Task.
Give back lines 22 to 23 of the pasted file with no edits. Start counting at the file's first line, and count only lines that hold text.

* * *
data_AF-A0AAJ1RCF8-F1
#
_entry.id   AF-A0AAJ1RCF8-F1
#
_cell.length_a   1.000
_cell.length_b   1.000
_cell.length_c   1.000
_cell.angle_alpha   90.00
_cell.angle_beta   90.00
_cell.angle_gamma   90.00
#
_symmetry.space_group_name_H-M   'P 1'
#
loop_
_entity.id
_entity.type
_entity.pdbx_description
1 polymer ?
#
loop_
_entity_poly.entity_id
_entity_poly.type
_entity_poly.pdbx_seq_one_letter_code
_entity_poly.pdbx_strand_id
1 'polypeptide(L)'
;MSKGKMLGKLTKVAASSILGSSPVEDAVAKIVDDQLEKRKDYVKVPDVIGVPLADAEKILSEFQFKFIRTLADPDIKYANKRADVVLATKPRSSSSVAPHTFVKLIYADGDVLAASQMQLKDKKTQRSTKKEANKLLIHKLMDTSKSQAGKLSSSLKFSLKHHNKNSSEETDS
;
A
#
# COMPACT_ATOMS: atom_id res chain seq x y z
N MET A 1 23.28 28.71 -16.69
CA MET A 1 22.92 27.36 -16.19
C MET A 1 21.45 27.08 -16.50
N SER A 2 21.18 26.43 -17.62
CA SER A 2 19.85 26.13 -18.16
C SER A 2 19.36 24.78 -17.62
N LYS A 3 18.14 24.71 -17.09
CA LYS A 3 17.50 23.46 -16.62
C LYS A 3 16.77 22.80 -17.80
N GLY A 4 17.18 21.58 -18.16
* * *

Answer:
_entity_poly.type
_entity_poly.pdbx_seq_one_letter_code